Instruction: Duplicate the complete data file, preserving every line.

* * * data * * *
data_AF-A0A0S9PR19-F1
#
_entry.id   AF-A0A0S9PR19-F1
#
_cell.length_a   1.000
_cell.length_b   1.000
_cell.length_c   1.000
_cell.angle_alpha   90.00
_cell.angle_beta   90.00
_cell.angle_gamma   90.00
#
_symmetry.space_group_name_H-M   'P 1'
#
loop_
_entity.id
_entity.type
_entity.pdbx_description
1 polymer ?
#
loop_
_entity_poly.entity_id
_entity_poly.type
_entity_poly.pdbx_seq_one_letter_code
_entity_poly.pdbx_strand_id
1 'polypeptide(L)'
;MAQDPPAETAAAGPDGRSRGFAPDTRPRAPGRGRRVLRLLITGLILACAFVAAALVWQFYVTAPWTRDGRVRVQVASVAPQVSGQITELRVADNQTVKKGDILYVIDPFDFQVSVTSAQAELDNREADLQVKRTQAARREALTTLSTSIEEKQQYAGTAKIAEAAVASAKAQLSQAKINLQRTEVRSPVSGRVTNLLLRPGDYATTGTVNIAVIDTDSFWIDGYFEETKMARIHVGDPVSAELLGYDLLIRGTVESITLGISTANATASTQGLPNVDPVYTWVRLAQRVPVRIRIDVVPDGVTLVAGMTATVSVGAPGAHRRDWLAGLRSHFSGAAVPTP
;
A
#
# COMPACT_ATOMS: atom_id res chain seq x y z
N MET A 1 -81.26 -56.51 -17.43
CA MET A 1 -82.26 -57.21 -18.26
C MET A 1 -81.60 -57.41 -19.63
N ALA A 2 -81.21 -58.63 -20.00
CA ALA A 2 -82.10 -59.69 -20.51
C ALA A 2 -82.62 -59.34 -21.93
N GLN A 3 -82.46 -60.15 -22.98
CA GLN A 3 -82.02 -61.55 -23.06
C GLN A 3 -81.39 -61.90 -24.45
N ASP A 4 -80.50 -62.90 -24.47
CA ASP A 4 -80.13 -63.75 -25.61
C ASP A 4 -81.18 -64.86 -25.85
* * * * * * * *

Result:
data_AF-A0A0S9PR19-F1
#
_entry.id   AF-A0A0S9PR19-F1
#
_cell.length_a   1.000
_cell.length_b   1.000
_cell.length_c   1.000
_cell.angle_alpha   90.00
_cell.angle_beta   90.00
_cell.angle_gamma   90.00
#
_symmetry.space_group_name_H-M   'P 1'
#
loop_
_entity.id
_entity.type
_entity.pdbx_description
1 polymer ?
#
loop_
_entity_poly.entity_id
_entity_poly.type
_entity_poly.pdbx_seq_one_letter_code
_entity_poly.pdbx_strand_id
1 'polypeptide(L)'
;MAQDPPAETAAAGPDGRSRGFAPDTRPRAPGRGRRVLRLLITGLILACAFVAAALVWQFYVTAPWTRDGRVRVQVASVAPQVSGQITELRVADNQTVKKGDILYVIDPFDFQVSVTSAQAELDNREADLQVKRTQAARREALTTLSTSIEEKQQYAGTAKIAEAAVASAKAQLSQAKINLQRTEVRSPVSGRVTNLLLRPGDYATTGTVNIAVIDTDSFWIDGYFEETKMARIHVGDPVSAELLGYDLLIRGTVESITLGISTANATASTQGLPNVDPVYTWVRLAQRVPVRIRIDVVPDGVTLVAGMTATVSVGAPGAHRRDWLAGLRSHFSGAAVPTP
;
A
#
# COMPACT_ATOMS: atom_id res chain seq x y z
N MET A 1 -81.26 -56.51 -17.43
CA MET A 1 -82.26 -57.21 -18.26
C MET A 1 -81.60 -57.41 -19.63
N ALA A 2 -81.21 -58.63 -20.00
CA ALA A 2 -82.10 -59.69 -20.51
C ALA A 2 -82.62 -59.34 -21.93
N GLN A 3 -82.46 -60.15 -22.98
CA GLN A 3 -82.02 -61.55 -23.06
C GLN A 3 -81.39 -61.90 -24.45
N ASP A 4 -80.50 -62.90 -24.47
CA ASP A 4 -80.13 -63.75 -25.61
C ASP A 4 -81.18 -64.86 -25.85